In the church
And in Christ Jesus
To all generations,
Forever and ever.
αὐτῷ ἡ δόξα ἐν τῇ ἐκκλησίᾳ καὶ ἐν Χριστῷ Ἰησοῦ εἰς πάσας τὰς γενεὰς τοῦ αἰῶνος τῶν αἰώνων· ἀμήν.
Paul said, “To God be glory (αὐτῷ ἡ δόξα) in the church (ἐν τῇ ἐκκλησίᾳ) and in Christ Jesus (καὶ ἐν Χριστῷ Ἰησοῦ) to all generations (εἰς πάσας τὰς γενεὰς), forever and ever (τοῦ αἰῶνος τῶν αἰώνων). Amen (ἀμήν).” Paul then ended this section with a prayer to God with a strong Hebrew amen that means let it be so. Paul wanted to give glory to God for his church community in Jesus Christ forever and ever to all generations. Paul often spoke of giving glory to God, a common theme. This was accomplished in his church and Jesus Christ. This was not only now but in future generations to come. Do you give glory to God?
To whom be the glory
Forever and ever.
ᾧ ἡ δόξα εἰς τοὺς αἰῶνας τῶν αἰώνων· ἀμήν.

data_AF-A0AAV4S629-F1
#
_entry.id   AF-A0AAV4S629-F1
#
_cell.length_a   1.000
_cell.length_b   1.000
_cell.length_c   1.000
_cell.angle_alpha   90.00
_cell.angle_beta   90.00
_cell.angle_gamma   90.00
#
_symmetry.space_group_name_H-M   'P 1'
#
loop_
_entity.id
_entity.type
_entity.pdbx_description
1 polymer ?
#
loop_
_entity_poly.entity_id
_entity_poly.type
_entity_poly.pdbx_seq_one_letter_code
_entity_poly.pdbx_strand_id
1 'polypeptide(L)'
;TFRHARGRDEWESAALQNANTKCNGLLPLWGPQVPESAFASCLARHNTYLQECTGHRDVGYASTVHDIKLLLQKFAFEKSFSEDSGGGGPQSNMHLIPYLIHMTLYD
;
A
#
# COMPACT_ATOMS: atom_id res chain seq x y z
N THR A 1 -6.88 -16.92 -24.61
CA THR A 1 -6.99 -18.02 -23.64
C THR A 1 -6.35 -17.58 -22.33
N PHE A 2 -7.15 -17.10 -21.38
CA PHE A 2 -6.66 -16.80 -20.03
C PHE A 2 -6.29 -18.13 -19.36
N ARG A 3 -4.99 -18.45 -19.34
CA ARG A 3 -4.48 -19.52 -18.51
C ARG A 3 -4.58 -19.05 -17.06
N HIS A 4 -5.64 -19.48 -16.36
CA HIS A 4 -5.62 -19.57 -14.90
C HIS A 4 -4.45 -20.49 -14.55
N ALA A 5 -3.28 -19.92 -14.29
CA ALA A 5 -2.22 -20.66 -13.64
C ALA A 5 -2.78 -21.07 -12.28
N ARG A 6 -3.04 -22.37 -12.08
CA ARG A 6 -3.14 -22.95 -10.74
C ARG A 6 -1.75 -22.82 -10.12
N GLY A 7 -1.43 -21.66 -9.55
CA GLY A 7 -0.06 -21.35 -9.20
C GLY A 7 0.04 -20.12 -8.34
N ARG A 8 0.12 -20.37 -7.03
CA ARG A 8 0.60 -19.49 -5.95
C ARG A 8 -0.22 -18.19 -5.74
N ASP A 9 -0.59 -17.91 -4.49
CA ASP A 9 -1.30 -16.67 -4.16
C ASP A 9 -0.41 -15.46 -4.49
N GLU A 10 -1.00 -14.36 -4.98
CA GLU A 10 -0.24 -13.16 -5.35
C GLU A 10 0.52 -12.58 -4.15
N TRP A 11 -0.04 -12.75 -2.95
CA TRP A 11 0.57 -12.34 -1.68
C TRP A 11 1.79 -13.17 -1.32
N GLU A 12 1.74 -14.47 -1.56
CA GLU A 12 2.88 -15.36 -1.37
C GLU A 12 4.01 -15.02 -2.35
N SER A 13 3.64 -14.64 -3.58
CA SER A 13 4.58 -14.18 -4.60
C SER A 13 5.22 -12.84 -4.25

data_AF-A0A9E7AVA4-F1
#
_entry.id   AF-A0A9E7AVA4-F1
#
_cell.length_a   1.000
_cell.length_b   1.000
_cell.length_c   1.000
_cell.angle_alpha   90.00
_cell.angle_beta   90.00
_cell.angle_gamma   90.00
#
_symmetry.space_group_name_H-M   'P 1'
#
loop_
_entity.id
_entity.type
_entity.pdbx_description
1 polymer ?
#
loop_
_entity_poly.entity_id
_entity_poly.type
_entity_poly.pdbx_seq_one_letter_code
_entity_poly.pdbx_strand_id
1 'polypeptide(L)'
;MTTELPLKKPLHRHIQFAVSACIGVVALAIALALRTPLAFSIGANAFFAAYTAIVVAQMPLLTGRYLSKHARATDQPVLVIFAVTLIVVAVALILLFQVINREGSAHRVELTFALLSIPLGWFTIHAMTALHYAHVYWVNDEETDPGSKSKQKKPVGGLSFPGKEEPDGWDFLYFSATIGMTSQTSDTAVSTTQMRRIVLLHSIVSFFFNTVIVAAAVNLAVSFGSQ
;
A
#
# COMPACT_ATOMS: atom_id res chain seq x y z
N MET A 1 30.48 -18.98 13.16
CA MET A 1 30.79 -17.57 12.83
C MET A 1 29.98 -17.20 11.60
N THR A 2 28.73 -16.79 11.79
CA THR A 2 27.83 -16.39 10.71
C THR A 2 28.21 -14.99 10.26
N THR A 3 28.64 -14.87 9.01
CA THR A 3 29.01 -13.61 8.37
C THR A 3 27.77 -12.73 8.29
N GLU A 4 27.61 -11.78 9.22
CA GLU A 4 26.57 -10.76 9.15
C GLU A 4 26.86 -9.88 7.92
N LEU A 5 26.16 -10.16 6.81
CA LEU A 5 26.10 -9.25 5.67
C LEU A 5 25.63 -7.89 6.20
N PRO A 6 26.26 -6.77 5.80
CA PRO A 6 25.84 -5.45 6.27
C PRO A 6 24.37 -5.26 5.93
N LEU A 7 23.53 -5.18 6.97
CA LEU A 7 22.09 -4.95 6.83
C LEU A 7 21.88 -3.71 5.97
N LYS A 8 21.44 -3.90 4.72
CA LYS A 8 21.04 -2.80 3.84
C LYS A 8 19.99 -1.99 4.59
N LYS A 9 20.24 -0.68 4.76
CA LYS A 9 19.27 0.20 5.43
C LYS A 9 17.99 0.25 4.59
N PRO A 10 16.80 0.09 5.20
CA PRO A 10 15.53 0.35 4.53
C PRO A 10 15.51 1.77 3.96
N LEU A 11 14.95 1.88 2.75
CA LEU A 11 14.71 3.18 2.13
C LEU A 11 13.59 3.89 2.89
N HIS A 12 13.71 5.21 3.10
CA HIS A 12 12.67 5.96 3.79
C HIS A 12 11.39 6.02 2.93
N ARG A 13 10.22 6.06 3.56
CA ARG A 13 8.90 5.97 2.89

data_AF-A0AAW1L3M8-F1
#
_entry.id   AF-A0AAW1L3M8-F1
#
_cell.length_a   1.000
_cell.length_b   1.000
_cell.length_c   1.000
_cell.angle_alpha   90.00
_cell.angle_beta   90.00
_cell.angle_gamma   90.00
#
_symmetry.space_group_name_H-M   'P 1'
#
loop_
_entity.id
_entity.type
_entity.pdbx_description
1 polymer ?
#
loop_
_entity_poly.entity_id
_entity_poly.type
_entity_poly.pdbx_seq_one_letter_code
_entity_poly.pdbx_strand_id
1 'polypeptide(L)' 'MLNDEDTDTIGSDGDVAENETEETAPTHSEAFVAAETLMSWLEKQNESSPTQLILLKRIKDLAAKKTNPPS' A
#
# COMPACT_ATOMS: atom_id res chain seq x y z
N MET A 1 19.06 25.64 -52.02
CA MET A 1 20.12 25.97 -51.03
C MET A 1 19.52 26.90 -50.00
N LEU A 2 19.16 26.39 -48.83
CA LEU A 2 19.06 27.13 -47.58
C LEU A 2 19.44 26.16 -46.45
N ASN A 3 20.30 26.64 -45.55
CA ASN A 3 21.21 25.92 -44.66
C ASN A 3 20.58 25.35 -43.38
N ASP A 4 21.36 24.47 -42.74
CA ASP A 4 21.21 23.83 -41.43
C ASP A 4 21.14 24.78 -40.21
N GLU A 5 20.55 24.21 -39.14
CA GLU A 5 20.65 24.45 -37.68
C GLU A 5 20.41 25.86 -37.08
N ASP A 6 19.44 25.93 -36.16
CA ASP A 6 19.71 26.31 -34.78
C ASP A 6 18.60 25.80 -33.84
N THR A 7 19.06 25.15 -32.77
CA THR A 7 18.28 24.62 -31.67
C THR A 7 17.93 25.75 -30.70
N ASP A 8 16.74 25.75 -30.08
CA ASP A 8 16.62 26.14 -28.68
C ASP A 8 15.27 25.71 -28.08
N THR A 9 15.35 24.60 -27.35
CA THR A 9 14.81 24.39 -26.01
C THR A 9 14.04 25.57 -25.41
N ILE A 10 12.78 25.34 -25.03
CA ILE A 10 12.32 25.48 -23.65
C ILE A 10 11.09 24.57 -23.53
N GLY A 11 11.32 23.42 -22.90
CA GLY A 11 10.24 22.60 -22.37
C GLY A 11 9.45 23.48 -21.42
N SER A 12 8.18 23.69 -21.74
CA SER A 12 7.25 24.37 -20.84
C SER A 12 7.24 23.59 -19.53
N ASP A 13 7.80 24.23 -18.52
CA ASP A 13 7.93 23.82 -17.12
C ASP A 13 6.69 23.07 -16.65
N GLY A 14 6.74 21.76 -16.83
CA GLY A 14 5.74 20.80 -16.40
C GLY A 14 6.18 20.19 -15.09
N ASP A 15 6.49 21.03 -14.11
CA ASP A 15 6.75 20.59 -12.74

Paul praised God. “God, to whom be the glory (ᾧ ἡ δόξα) forever and ever (εἰς τοὺς αἰῶνας τῶν αἰώνων). Amen (ἀμήν).” This is the only letter where Paul has this praise for God at the beginning of his greeting. Usually, this was at the end of the epistle. Paul ascribed glory to God, a common Hebrew or Jewish attribute of God in the Hebrew Bible, whether in the psalms or the prophets. This was not a passing glory but an eternal glory that existed or lasted forever. The “Amen” was usually a common conclusion and agreement of all the people. Paul had finished with his opening greeting to them. Do you give glory and praise to God?
‘Glory to God
In the highest heaven!
Peace among those
Whom he favors!’”
Δόξα ἐν ὑψίστοις Θεῷ καὶ ἐπὶ γῆς εἰρήνη ἐν ἀνθρώποις εὐδοκίας.
This is where the famous Latin song sung at Roman Catholic masses during the Liturgy of the Word “Gloria in excelsis Deo” comes from. Luke indicated that these angels were saying (καὶ λεγόντων) or singing “Glory to God in the highest (Δόξα ἐν ὑψίστοις Θεῷ)! On earth (καὶ ἐπὶ γῆς), peace be among the men (εἰρήνη ἐν ἀνθρώποις) whom he favors (εὐδοκίας), those of good will.”